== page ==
DeAndre Baker is in a lot of trouble and is facing an uncertain future, to say the least. His NFL career is obviously hanging by a thread. His freedom is in serious jeopardy, too.
The announcement by the Miramar (Fla.) Police Department on Thursday that they had issued an arrest warrant for the Giants cornerback was just the beginning of what could be a long and painful process for the 22-year-old former first-round pick, who turned himself in to police on Saturday morning.
Here, with the help of some legal and NFL sources, is a look at what Baker is facing and what comes next:
What are the charges?
Baker, according to the arrest warrant issued on Thursday night, is going to be charged with four counts of armed robbery and four counts of aggravated assault with a firearm. With the help of Seattle Seahawks cornerback Quinton Dunbar and an unnamed, masked accomplice, Baker is accused of robbing four men of a total of $12,400 in cash and $61,000 worth of watches. The warrant said he used a semi-automatic weapon in the robberies. One witness said he also told the unnamed accomplice to shoot the victims (though the warrant does not mention any shots being fired or any injuries to the victims).
What is the legal penalty?
According to Florida's "10-20-Life" law, each count of armed robbery carries a minimum sentence of 10 years in prison, but that is escalated to 15 years if a "semi-automatic weapon" is involved, which is alleged here. So that would be a minimum of 60 years just on those counts. The counts of aggravated assault with a firearm has no mandatory minimum, just a maximum sentence of five years in prison per count.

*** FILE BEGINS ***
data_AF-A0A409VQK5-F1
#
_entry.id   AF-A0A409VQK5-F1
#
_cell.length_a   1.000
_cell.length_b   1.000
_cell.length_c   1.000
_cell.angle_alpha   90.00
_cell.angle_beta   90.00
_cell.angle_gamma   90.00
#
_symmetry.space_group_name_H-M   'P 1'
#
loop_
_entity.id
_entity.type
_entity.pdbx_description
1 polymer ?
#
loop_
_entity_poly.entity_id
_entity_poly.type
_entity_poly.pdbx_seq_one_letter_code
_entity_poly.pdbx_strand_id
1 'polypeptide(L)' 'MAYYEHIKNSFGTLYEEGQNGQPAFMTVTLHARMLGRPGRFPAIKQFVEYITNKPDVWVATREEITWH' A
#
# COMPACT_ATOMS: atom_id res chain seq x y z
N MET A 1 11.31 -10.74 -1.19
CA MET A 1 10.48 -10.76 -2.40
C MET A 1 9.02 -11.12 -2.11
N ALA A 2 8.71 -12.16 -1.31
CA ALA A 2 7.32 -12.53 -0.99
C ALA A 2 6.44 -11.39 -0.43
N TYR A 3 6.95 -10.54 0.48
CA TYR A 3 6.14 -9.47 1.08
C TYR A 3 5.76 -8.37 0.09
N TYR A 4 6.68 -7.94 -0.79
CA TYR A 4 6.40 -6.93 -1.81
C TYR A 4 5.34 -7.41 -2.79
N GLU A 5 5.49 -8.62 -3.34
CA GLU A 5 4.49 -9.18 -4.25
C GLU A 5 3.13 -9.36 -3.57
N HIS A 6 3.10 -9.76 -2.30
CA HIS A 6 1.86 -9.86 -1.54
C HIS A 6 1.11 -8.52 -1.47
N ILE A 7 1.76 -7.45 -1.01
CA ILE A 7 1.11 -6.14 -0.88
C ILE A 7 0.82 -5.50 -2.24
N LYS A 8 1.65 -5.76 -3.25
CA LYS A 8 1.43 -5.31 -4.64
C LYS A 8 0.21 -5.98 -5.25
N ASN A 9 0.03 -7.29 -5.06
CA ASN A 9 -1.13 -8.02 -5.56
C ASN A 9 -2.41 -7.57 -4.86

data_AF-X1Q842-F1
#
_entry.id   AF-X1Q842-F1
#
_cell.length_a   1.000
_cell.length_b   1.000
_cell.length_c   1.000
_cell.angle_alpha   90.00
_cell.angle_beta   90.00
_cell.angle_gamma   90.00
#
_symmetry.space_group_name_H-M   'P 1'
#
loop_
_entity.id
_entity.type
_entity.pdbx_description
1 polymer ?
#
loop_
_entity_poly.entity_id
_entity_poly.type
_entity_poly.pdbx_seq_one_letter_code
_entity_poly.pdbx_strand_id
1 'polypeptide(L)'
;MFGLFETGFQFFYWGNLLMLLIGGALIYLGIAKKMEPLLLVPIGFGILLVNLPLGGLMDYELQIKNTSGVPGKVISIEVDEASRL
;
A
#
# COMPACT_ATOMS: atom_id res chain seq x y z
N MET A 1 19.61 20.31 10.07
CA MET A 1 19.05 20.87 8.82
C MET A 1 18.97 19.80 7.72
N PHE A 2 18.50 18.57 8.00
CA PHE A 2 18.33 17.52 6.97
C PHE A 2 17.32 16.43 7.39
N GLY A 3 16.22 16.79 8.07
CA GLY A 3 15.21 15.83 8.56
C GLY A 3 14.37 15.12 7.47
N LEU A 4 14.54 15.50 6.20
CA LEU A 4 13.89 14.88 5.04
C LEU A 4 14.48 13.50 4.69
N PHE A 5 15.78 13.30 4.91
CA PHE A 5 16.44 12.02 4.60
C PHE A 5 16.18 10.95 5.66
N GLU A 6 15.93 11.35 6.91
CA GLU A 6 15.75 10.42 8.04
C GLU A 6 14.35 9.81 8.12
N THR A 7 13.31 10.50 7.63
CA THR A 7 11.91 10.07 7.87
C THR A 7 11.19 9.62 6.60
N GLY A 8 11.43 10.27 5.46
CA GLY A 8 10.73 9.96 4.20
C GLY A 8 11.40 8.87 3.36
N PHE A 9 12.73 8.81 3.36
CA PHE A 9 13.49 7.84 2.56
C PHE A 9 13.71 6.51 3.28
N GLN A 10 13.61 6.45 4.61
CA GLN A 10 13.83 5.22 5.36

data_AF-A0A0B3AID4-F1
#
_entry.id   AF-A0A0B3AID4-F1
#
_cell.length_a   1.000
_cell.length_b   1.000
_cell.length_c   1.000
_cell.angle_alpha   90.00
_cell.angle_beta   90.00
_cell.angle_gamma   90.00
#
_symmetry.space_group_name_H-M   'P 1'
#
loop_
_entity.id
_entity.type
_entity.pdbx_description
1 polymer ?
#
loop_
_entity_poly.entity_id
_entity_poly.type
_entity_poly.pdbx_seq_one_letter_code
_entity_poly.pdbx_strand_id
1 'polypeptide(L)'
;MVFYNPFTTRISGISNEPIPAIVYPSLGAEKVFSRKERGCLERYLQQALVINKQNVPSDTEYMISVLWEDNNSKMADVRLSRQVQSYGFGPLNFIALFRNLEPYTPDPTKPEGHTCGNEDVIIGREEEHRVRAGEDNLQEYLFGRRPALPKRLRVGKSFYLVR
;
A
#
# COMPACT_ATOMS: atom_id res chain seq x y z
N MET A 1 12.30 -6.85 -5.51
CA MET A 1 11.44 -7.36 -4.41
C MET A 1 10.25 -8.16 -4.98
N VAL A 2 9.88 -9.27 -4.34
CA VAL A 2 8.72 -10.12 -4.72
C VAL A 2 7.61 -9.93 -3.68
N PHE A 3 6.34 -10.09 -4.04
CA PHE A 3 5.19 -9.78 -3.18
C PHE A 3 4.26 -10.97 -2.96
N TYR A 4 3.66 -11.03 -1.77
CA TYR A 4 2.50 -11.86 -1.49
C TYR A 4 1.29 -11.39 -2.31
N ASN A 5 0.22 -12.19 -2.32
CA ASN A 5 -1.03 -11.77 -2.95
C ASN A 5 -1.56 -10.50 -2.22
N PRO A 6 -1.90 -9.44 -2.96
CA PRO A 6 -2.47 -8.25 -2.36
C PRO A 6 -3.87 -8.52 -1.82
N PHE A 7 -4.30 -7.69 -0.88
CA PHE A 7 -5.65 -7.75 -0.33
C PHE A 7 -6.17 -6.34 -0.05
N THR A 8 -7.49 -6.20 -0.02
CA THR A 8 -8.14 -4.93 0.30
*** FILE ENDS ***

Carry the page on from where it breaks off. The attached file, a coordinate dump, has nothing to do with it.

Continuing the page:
So if he's guilty, he's going to jail for a long time then? Not necessarily. One Florida-based attorney told SNY that a prosecutor has the ability to waive the mandatory minimum and seek a lesser sentence. There is, of course, always the possibility of pleading down to a lesser charge.
Was he released on bail?
Yes. At a hearing on Sunday morning, a judge granted bail at $200,000 -- $25,000 for each of the eight counts. Baker also has to turn over his gun and his permit and he's not permitted to have any contact with the alleged victims before the trial. For now, he can't leave the state of Florida, but the judge said he would revisit that if Baker has to leave for work (i.e. if the NFL re-opens and he's still eligible to come back). Notably, though, the judge said the State could still file a motion to ask that Baker be held in custody until the trial. It's not clear if that will happen, but the State did ask for "no bond" in the hearing.
Why did it take so long for him to turn himself in?